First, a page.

Lanka peace talks on 'backburner' |
Sri Lanka's foreign minister ruled out an early resumption of peace talks to end a three-decade conflict with Tamil Tiger rebels but said a deal on disbursing tsunami relief was possible.
"A formal resumption of the peace process is very much on the backburner," Foreign Minister Lakshman Kadirgamar told a meeting of the Foreign Correspondents' Association of Sri Lanka here late Thursday.
Kadirgamar however said the government could sign a deal brokered by Norway with the rebel Liberation Tigers of Tamil Eelam (LTTE) to provide a formula for distributing tsunami relief as long as it was not seen giving the rebels de facto recognition as a government.
The remarks came as President Chandrika Kumaratunga's administration faced pressure from its Marxist coalition partner, the JVP or People's Liberation Front, which is opposed to any involvement of rebels in relief operations that could give them political recognition.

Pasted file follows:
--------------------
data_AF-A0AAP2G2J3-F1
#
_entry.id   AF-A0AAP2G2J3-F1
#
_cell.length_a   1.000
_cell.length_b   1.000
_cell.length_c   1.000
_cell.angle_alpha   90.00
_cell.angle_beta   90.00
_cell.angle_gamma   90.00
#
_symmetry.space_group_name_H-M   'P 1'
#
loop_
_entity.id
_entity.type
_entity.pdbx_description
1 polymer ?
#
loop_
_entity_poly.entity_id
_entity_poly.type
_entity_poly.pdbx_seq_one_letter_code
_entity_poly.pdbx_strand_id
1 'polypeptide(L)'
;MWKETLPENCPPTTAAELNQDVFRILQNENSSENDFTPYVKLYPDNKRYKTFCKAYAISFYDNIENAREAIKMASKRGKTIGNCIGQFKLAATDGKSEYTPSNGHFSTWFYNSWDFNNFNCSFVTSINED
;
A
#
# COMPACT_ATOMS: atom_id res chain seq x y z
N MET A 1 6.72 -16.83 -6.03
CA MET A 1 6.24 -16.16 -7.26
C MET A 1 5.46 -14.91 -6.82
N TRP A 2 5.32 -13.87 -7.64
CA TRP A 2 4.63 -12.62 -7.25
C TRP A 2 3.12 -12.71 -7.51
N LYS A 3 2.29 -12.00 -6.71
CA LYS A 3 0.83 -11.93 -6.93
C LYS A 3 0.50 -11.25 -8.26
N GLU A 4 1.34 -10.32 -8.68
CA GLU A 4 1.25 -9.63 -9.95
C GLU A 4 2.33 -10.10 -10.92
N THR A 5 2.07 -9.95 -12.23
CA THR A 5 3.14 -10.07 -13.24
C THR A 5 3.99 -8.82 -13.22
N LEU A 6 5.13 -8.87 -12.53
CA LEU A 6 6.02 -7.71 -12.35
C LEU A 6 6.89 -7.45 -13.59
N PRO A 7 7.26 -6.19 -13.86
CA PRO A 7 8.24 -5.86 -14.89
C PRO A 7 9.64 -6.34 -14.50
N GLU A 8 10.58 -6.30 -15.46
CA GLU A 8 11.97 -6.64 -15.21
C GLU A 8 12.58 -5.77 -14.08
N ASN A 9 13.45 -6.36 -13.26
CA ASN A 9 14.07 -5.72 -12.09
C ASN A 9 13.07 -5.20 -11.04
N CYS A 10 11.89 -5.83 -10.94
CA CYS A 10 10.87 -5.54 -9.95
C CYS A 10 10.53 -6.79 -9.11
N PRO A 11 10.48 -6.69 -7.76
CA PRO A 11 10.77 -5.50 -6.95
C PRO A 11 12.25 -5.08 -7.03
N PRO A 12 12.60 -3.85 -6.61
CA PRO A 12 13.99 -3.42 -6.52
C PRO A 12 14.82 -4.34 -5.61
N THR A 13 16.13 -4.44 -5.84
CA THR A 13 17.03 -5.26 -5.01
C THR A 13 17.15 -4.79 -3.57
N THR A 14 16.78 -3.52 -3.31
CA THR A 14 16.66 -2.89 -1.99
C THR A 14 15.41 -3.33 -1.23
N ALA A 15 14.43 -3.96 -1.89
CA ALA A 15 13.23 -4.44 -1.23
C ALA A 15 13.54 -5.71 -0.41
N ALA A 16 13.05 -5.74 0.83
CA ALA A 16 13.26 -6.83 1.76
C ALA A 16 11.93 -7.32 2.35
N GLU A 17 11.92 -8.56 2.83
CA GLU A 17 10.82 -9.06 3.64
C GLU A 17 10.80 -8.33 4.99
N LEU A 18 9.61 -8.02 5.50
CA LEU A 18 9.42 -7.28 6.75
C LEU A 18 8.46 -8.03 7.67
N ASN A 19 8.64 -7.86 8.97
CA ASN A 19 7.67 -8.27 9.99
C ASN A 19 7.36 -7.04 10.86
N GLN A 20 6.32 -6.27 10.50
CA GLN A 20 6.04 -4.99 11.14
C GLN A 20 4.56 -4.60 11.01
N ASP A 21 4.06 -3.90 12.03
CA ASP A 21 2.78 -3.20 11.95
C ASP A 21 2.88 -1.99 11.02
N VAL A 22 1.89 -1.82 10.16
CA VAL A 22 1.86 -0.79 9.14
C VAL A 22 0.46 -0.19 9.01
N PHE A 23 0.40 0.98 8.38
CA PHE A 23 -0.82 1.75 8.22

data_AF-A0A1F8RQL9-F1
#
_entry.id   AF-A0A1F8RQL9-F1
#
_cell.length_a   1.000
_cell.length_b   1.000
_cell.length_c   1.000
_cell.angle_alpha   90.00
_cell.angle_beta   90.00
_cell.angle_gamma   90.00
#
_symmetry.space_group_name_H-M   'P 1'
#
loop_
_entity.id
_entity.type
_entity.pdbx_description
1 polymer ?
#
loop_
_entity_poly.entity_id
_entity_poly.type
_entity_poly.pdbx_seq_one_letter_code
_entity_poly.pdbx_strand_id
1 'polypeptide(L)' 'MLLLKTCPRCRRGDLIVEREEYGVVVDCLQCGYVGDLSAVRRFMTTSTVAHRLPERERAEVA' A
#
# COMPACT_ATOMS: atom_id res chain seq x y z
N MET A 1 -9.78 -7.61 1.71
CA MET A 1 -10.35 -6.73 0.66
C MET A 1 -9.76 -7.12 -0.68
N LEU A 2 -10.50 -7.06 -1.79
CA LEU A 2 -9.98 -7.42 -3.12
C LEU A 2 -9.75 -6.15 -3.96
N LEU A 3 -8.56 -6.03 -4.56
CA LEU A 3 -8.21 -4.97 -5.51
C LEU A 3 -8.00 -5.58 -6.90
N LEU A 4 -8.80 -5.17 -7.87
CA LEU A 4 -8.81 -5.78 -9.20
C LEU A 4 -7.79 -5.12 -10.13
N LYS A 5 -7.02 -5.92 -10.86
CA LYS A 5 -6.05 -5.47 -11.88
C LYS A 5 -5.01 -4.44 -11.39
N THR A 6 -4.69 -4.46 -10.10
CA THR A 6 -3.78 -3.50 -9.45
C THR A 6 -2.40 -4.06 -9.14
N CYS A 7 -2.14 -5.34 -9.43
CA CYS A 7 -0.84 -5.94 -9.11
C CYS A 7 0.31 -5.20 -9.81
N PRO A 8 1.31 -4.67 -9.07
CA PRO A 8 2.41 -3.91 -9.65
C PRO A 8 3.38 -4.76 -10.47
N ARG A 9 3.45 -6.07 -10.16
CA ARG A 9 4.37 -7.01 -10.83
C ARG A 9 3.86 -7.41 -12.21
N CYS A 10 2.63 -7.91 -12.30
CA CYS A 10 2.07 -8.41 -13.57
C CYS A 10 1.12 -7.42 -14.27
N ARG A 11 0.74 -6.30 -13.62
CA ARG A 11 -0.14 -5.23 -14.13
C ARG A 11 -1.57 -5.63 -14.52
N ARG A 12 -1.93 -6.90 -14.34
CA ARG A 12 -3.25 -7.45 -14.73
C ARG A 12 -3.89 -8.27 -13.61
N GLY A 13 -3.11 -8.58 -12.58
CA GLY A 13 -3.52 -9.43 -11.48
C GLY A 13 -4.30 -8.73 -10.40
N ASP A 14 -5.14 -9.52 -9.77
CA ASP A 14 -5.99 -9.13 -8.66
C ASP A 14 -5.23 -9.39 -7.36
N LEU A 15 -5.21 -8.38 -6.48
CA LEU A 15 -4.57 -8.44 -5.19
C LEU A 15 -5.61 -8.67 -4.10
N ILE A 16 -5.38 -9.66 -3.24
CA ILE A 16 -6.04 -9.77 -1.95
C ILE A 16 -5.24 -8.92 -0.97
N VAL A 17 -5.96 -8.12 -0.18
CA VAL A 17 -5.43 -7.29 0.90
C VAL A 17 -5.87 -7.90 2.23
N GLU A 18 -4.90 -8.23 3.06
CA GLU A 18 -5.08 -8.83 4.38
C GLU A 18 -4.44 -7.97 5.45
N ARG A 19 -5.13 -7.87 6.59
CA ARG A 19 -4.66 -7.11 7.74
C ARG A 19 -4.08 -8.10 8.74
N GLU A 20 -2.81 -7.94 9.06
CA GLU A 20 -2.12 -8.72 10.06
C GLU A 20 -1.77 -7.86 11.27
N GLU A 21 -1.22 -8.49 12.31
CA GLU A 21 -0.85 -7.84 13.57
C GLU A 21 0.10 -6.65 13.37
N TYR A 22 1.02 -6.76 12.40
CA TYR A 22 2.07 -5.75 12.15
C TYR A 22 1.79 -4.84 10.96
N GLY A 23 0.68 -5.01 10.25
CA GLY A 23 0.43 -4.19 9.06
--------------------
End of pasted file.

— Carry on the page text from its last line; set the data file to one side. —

The Marxists initially warned they would pull out of the government if the rebels were given any official role in tsunami relief operations.
"What the JVP will do when it (the joint mechanism,) is signed and sealed, I do not know," Kadirgamar said. "Indications are that that they will voice opposition. If that opposition remains the same after they have seen the fine print, we do not know."
Peace talks have been stalled since April 2003. In April 2004, Kumara-tunga won a general election with the support of the Marxists who oppose any moves to divide the country along religious or ethnic lines.
The previous government had broadly agreed to establish a federal state in Sri Lanka to resolve a long-running separatist conflict which claimed more than 60,000 lives between 1972 and 2002.